Buried in the text of this American Chronicle article about the I.D. controversy are a few intriguing quotes which - in my view - expose one of the major flaws in the I.D. movement.
The author of the article, Kazmer Ujvarosy, interviews Mike Keas, who teaches in the Master of Arts program in Science and Religion at Biola University and is a Senior Fellow at the Discovery Institute's Center for Science and Culture.
According to Mike...
"ID theory today does not invoke a supernatural form of intelligent agency. Mere intelligent causation is the defining inference of 21st-century ID theory. The exact character of that intelligence, ID advocates insist, is not a scientific question.”
Then later, Mike says...
"Whether the designing intelligence is human, alien, the mind of a living universe, or an intelligent being beyond the cosmos is not an issue that can be effectively addressed through scientific inquiry. Other academic disciplines are better suited to plumb the depths of such fascinating questions.”
This leaves Kazmer to ponder...
"So we are told by ID theorists in no uncertain terms not to depend on them for illumination regarding the inferred intelligence’s exact identity. ID is strictly about design detection. It’s outside the scope of ID to speculate about the intelligence responsible for design in nature, or about the methods of the designer. This leaves us in the dark, and we have no choice but to cast light on the inferred intelligence’s identity without the help of ID theorists."
I think this is an important dialogue which reveals the self-imposed limits of the I.D. movement - needlessly crippling its ability to jump from an intriguing news item to a major challenge to the current scientific/social paradigm.
In Chapter 9 of The Mustard Seed, Heather Manning elaborates...
"This paradigm shift - as remarkable as it is - will be, for most people, nothing more than a curiosity unless it is accompanied by a personal life philosophy - a new approach to living in light of this revolutionary information. That's why I've constructed this idea of 'spiritual rationalism,' which includes the concepts of self-interest, integrity, and love - everything I've explained here today."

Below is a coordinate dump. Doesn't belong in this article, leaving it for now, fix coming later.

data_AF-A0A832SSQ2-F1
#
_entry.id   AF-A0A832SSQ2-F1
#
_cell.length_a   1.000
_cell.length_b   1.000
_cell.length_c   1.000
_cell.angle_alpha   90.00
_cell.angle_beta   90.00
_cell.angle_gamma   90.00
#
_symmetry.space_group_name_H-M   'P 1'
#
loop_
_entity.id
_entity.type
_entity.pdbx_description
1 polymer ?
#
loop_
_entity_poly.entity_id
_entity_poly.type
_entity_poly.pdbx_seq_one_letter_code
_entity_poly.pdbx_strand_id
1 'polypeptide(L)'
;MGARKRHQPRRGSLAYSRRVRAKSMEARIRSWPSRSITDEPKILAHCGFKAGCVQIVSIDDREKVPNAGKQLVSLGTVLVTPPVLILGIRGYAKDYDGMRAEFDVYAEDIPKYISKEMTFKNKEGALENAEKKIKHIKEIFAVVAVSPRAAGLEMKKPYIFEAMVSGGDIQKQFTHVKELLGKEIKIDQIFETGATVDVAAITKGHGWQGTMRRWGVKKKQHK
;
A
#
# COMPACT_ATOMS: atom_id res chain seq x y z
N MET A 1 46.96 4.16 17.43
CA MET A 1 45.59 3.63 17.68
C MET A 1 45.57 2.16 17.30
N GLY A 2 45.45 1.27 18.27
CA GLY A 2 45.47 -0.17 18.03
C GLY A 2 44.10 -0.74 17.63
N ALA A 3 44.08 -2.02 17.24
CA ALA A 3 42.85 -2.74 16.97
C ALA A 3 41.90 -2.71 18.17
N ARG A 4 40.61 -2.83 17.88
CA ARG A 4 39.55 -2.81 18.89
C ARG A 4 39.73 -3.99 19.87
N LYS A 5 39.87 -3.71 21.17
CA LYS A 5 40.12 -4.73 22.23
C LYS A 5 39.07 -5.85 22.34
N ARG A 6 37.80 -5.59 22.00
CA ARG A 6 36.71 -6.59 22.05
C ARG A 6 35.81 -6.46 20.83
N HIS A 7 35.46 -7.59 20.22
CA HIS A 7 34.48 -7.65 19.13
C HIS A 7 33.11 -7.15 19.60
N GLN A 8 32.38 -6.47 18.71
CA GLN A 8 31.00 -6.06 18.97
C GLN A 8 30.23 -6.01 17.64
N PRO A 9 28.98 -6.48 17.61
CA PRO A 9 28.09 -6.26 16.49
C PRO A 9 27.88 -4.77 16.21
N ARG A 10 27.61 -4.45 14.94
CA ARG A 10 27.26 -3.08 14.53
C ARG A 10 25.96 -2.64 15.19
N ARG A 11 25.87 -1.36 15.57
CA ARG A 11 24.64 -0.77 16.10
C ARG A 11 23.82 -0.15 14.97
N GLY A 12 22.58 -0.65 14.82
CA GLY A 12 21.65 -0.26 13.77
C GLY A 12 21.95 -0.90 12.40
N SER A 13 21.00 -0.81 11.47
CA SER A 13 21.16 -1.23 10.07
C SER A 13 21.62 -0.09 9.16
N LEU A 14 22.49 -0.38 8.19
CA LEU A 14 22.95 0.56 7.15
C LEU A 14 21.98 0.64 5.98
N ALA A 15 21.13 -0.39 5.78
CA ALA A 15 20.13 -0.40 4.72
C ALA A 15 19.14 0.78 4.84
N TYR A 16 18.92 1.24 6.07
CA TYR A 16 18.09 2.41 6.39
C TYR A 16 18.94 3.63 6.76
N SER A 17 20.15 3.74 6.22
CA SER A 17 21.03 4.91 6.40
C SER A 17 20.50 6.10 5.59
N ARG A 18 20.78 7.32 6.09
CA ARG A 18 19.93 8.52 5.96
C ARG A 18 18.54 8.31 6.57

Bottom line: The scope of I.D. needs to expand beyond the question of "Is there a Designer?" and examine the following questions: "What is the nature of that Designer?" and then, "What does that mean for the individual and society?"
As it stands today...if a person reads a few stories about I.D., and only retains the following message: "Don't bury God yet; there's still a good chance He might exist," then the potential growth of I.D. itself is limited for 2 reasons.
First, at the risk of pointing the obvious, the vast majority of people in this country are Christians.
Whether or not they are serious enough about their faith to earn that title is another story, but in their own minds, they are sincere Christians. And therefore, while the I.D. story is intriguing, it is ultimately irrelevant. They know the Bible is true. They knew that before I.D. And, should I.D. ever be disproven, they will know that AFTER I.D.
Second, that message will not penetrate the small (but rapidly growing) segment of the population (especially among young people) who are agnostic (but open to religion - as long as it's not Christian fundamentalism.
Why? Because they've already had their fill of Christian fundamentalism, and they don't care for it much. If the message of I.D. is "there might be a God," and their only conception of God is the one propagated by Christian fundamentalists, then young people will reluctantly return to the dreary swamp of agnosticism.
That's why I don't want I.D. to be a "high-tech, modern" path to Christian fundamentalism. I want the tools that make I.D. "work" (a respect for reality and reason - regardless of the ideological consequences) to be adopted in all facets of our life - from personal ethics to faith.
I want a rational form of ethics; I want a rational faith. Something that nourishes the mind AND soul.
Intrigued? Go here for more.